China’s Beijing – China is reportedly considering expanding its traditional social credit system into the metaverse, according to recent reports. This plan has sparked worries about more control and surveillance in virtual worlds.
According to Politico, China Mobile, the government’s telecoms company, initially created these concepts under the name “Digital Identity System” for its citizens within the metaverse. China is attempting to promote its vision through meetings with specialists at the International Telecommunications Union (ITU), a United Nations institution that focuses on telecommunications, as discussions on emerging technologies gain steam globally.
The suggested system includes personal data including names, birth information, face traits, and occupations and tries to combine natural attributes with social factors. To ensure peace and order in the virtual world, it is suggested that law enforcement organizations would handle this data.
Measures to prevent undesired activities in the virtual world are also included in this contentious metaverse social credit system. It makes it possible to trace users who participate in behaviors like “spreading rumors and causing chaos in the metaverse,” enabling authorities to step in and maintain order.
Western academics have raised alarm about China’s ability to create a government-controlled internet in the near future in reaction to these proposed laws. In order to create a unified digital identity system with social characteristics, Chris Kremidas-Courtney, a senior fellow at the Brussels think tank Friends of Europe, drew comparisons between these proposals and China’s current social credit system. He claimed that this is because both systems aim to do the same thing.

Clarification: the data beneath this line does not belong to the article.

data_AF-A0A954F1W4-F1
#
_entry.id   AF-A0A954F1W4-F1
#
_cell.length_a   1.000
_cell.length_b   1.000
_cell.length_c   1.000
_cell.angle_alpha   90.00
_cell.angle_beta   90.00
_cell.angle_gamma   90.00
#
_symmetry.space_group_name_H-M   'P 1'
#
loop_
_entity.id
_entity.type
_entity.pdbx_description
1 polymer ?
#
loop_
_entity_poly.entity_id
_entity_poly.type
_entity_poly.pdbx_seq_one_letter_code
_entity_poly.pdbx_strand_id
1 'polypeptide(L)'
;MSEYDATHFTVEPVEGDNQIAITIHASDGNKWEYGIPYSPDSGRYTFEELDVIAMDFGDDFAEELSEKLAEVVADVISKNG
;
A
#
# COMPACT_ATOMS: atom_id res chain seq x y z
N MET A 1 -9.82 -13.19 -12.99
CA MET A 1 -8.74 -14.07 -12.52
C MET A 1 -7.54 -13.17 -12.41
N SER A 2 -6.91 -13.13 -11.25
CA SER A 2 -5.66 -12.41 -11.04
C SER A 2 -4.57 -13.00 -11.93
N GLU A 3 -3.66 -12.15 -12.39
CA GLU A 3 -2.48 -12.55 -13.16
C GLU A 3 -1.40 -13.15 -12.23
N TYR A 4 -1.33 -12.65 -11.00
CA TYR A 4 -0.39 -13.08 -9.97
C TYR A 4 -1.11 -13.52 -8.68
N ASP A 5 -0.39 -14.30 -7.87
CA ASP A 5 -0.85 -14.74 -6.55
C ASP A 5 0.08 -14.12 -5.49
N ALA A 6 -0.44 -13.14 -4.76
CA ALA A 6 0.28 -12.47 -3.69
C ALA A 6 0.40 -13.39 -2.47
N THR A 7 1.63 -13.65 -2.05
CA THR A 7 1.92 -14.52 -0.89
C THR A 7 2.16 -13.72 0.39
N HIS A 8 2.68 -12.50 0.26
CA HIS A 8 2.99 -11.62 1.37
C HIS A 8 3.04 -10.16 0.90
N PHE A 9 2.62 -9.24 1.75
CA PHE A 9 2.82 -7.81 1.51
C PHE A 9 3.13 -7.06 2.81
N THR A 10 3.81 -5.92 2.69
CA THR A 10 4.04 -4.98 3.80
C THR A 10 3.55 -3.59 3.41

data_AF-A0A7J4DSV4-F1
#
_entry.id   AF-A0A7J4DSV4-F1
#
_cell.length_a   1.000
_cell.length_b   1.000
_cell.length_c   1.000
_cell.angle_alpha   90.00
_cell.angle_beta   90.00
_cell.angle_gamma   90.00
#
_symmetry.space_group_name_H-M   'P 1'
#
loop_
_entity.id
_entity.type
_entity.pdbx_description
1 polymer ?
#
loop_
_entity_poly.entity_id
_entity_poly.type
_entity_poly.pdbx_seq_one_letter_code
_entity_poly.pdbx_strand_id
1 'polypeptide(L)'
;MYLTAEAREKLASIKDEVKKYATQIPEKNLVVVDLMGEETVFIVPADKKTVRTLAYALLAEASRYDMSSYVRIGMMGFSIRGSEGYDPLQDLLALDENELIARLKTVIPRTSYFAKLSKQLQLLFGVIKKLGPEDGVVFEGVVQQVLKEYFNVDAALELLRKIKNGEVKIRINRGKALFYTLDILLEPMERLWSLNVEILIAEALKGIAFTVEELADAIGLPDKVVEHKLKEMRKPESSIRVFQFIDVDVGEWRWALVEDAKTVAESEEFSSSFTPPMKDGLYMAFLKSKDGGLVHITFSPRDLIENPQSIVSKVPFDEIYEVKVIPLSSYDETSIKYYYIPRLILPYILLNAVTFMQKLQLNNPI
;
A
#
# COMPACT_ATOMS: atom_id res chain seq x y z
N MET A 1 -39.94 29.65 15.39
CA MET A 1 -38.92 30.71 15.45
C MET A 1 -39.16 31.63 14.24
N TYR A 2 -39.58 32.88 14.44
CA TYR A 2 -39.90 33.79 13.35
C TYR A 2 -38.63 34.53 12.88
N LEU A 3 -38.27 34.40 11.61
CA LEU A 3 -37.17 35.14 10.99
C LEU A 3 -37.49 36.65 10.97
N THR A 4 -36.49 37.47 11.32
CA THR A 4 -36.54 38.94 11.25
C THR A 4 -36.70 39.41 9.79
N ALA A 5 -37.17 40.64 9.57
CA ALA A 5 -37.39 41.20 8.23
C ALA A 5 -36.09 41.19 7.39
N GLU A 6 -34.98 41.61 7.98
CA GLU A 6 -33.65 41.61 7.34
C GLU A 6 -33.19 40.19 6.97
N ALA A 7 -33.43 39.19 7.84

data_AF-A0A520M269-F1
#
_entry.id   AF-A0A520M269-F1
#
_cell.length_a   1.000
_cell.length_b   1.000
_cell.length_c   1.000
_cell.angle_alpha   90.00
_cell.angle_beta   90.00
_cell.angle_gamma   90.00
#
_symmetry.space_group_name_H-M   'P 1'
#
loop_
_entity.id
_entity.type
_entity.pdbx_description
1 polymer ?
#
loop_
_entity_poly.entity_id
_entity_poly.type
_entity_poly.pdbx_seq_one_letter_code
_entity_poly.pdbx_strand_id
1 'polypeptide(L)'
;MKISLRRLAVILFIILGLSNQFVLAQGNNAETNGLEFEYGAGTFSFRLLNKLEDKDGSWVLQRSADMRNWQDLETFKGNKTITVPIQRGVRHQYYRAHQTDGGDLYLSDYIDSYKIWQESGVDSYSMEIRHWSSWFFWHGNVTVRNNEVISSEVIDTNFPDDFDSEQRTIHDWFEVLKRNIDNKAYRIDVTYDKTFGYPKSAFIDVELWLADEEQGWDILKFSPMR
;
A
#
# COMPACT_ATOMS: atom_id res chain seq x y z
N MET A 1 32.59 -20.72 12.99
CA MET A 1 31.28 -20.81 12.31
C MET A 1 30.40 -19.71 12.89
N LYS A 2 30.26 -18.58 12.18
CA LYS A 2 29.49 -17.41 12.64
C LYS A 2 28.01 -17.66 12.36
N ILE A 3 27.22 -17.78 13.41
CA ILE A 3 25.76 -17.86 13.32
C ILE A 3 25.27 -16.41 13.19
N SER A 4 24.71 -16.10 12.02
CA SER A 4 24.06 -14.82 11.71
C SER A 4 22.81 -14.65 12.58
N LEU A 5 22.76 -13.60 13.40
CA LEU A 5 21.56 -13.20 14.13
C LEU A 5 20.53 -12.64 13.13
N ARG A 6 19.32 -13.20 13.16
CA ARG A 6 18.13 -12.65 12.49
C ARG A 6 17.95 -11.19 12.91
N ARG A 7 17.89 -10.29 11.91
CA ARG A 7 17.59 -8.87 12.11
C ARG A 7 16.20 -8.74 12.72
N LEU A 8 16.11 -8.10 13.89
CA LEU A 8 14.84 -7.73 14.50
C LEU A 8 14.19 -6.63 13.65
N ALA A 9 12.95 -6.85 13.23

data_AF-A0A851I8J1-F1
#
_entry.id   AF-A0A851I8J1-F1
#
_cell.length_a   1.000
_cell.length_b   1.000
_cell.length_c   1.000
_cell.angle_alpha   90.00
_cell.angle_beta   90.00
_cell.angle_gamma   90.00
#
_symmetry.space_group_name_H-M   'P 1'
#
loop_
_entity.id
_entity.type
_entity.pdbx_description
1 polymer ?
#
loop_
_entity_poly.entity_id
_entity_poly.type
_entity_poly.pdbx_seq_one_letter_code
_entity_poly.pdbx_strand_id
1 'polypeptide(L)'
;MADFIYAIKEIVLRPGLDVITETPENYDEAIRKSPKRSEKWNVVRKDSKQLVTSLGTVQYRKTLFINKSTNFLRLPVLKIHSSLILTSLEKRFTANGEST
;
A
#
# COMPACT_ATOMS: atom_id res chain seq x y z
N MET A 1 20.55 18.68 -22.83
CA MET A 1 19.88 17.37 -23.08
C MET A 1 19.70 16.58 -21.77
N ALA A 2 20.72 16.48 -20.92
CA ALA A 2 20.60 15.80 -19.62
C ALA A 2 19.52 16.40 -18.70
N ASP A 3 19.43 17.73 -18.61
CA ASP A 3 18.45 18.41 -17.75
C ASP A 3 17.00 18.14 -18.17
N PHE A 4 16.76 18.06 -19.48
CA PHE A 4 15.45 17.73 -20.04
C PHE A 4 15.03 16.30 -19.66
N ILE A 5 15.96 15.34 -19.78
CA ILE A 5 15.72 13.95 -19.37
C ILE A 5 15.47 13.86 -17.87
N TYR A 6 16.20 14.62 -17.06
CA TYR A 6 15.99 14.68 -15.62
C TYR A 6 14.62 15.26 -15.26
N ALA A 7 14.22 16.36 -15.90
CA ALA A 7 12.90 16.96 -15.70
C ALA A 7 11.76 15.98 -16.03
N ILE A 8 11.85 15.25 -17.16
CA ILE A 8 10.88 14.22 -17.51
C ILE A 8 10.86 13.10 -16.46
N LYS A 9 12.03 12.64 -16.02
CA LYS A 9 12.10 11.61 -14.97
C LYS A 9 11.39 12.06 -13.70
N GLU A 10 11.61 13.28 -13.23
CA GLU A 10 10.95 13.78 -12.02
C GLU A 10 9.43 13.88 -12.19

For its perceived authoritarian nature, China’s concerted efforts to sway the ITU, a United Nations body in charge of establishing international regulations for digital telecommunications architecture, have garnered criticism. China has routinely sent the ITU more ideas than the US and EU combined. The ITU created the metaverse group in December 2022 to act as a consultation platform for professionals, laypeople, and significant tech corporations to assist in guiding the development of the virtual world.
According to Matt Sheehan, a specialist in China’s technological environment, China is aggressively trying to influence ITU standards and policies, which may not be in line with Western objectives. He pointed out that Chinese actors frequently overburden the ITU with numerous suggestions, frequently motivated by government subsidies, which causes American and European IT companies to pay less attention to ITU standards.
Kremidas-Courtney underlined that China looks to be “playing the long game” in an effort to control the ITU’s developing standards, which might have a substantial effect on the development of digital telecommunications infrastructure.
At the upcoming ITU meeting slated for October in Geneva, votes on the proposals put out by China Mobile on July 5 will be taken; the outcome of these votes will determine the future of these potentially extensive metaverse regulations.